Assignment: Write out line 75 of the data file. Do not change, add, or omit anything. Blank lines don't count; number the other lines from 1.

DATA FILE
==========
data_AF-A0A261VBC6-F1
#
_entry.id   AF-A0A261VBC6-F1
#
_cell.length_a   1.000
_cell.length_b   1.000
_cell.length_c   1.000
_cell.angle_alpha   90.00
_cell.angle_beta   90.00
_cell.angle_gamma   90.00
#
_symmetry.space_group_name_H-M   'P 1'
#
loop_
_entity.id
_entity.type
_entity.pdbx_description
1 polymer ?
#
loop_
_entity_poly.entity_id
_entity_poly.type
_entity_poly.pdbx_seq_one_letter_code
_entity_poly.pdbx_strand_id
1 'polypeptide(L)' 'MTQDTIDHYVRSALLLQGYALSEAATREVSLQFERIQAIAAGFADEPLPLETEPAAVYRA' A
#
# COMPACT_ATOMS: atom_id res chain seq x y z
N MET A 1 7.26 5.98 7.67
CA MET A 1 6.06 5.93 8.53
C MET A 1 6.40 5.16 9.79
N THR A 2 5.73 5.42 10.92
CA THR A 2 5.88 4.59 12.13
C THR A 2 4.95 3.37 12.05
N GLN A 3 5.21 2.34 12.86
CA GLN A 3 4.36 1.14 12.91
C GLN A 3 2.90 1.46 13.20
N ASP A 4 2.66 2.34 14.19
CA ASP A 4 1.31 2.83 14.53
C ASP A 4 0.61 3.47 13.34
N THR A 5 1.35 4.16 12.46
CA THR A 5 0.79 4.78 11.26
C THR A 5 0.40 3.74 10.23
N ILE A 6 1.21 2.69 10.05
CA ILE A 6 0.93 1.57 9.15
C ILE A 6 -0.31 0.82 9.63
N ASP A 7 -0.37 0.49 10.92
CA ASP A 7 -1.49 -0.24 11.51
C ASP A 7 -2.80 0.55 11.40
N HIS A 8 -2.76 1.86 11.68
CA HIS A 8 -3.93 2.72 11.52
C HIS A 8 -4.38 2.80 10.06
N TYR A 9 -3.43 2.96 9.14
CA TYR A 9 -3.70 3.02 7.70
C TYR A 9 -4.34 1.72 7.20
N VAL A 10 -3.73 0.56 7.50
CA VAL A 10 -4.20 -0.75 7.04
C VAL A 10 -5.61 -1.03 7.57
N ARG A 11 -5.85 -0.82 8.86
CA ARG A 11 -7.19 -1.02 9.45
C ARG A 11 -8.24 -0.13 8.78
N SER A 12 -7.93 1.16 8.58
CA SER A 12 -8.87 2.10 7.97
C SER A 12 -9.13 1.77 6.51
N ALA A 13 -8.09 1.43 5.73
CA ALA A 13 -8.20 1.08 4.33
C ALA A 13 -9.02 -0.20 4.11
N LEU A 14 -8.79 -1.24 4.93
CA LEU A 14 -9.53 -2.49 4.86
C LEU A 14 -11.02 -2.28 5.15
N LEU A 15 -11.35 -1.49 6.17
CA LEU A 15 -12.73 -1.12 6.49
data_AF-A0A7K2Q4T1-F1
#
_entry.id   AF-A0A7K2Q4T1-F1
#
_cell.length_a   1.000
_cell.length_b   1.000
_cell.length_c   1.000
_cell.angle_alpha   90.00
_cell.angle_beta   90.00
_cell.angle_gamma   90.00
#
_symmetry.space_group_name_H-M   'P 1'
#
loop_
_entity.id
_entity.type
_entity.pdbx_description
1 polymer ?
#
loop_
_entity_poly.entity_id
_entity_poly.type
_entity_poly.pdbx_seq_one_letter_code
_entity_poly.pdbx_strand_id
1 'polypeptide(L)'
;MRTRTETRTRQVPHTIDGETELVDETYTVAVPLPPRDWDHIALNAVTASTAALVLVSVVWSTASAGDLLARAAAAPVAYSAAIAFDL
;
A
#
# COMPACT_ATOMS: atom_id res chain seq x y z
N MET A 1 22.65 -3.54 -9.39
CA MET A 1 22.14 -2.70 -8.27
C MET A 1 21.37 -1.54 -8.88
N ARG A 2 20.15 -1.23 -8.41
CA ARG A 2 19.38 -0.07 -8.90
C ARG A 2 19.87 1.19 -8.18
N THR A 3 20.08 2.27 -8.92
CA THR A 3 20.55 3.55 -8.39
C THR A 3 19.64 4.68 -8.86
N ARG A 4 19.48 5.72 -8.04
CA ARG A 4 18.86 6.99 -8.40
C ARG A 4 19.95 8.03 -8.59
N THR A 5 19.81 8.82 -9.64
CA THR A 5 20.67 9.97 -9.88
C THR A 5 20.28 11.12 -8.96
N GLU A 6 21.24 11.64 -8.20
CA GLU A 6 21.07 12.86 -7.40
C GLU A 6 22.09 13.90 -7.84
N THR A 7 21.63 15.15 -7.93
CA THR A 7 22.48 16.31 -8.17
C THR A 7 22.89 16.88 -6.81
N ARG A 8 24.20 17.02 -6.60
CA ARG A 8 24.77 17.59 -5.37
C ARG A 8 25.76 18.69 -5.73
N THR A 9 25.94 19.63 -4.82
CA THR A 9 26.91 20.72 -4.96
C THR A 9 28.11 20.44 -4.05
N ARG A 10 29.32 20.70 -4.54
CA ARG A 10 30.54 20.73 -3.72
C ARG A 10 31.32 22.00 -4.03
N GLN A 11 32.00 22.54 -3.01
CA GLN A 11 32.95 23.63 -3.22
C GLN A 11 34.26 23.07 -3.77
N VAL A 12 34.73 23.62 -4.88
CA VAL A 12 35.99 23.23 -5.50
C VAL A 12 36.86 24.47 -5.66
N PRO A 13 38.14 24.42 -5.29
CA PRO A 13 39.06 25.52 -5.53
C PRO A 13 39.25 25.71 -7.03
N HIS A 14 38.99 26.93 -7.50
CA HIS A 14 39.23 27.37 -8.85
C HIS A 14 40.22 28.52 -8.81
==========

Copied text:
#